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Feds want Utah lawmaker hauled into court or held in contempt over restitution for 2015 protest

Newly-elected House Rep. Phil Lyman’s federal probation will end ahead of him taking office
Posted at 10:27 AM, Aug 26, 2020
and last updated 2020-08-26 12:27:25-04

SALT LAKE CITY — Federal prosecutors are asking a judge to hold Rep. Phil Lyman in contempt over restitution for his role in a 2015 protest if he doesn't hand over copies of his tax returns.

In a filing in U.S. District Court on Wednesday, the U.S. Attorney's Office for Utah accused Rep. Lyman, R-Blanding, of not producing several years worth of tax returns as part of the case. They asked for him to be ordered to appear in federal court and explain why.

"As of the time of this filing, Mr. Lyman has not replied to any of the foregoing correspondence, nor has he provided his 2017, 2018, or 2019 tax returns to the Court or to the U.S. Attorney’s Office," Assistant U.S. Attorney Allison Moon wrote in the filing. "The Court should compel Mr. Lyman to appear and show cause why he should not be held in civil contempt until he produces his 2017, 2018, and 2019 tax returns as ordered."

Rep. Lyman said Wednesday that the prosecutors, including U.S. Attorney for Utah John Huber, were "abusing their authority."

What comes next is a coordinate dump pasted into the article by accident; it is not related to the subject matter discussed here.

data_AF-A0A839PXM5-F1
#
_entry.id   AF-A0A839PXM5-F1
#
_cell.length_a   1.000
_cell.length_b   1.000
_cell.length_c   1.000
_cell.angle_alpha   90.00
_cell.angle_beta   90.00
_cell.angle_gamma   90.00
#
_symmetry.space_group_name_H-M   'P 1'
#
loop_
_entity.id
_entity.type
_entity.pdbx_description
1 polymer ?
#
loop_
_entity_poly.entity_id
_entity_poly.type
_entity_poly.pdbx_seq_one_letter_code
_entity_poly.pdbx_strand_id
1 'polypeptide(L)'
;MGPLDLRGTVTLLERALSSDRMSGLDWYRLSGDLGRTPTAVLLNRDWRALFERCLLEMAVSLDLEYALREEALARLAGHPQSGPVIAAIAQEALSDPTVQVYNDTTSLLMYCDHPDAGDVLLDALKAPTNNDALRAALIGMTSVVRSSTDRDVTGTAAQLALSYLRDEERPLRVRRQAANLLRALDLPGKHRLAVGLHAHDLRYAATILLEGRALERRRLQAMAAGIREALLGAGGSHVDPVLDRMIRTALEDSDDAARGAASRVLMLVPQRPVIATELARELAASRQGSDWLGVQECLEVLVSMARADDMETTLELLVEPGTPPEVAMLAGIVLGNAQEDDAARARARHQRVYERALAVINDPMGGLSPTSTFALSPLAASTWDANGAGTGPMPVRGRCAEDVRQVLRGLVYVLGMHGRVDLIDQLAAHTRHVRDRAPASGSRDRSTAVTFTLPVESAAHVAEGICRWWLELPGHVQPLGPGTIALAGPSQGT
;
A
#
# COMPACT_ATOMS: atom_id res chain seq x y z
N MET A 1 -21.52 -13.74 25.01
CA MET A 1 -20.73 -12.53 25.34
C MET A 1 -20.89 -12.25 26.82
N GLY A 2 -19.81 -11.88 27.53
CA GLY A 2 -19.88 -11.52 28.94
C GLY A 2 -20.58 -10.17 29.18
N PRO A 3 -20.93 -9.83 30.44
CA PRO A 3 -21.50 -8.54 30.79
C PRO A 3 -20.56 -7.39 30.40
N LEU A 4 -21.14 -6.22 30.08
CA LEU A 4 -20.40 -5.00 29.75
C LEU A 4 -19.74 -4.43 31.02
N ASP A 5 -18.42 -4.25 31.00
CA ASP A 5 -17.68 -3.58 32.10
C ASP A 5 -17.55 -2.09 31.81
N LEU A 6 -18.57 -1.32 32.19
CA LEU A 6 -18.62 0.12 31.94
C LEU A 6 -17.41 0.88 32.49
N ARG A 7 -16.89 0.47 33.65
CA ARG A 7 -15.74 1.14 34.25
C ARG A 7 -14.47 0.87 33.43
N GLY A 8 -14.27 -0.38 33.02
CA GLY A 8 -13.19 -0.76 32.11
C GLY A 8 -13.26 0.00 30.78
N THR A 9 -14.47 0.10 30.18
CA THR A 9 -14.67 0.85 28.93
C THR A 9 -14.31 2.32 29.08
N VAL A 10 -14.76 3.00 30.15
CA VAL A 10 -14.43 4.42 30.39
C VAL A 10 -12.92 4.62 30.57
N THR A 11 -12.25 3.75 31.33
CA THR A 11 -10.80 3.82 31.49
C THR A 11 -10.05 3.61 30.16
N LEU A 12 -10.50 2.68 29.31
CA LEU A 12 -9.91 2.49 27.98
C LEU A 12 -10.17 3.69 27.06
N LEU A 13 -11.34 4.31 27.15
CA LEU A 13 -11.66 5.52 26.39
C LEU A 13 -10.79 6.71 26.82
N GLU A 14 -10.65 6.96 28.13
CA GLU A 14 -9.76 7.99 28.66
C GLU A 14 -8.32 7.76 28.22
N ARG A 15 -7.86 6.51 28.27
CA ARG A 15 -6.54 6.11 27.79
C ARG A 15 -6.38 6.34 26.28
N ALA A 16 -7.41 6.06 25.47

"Huber is a political hack. You know that right? And check out Alison Moon. She's a pussy-hat wearing Trump hater. You can say what you want but these people are dirt bags," he said in a text message to FOX 13.

The U.S. Attorney's Office has been pursuing Rep. Lyman for years since he participated in a 2015 protest in Recapture Canyon against federal road closures. At the time he was a San Juan County commissioner, he was convicted of a misdemeanor charge by a jury and sentenced to 10 days in jail, probation and roughly $95,000 in restitution.

Prosecutors acknowledged in their filing that Rep. Lyman has dutifully paid $100 a month in restitution, as ordered. In 2018, after he was elected to the Utah State Legislature, the U.S. Attorney's Office sought to have his restitution increased. The Blanding lawmaker persuaded the court successfully to keep it at $100 a month. But the judge also told him to submit his tax returns last year.

The U.S. Attorney's Office said in the order to show cause that has not happened and asked for him to be summoned before a judge to explain why or face contempt. The office declined to comment beyond the filing when contacted by FOX 13.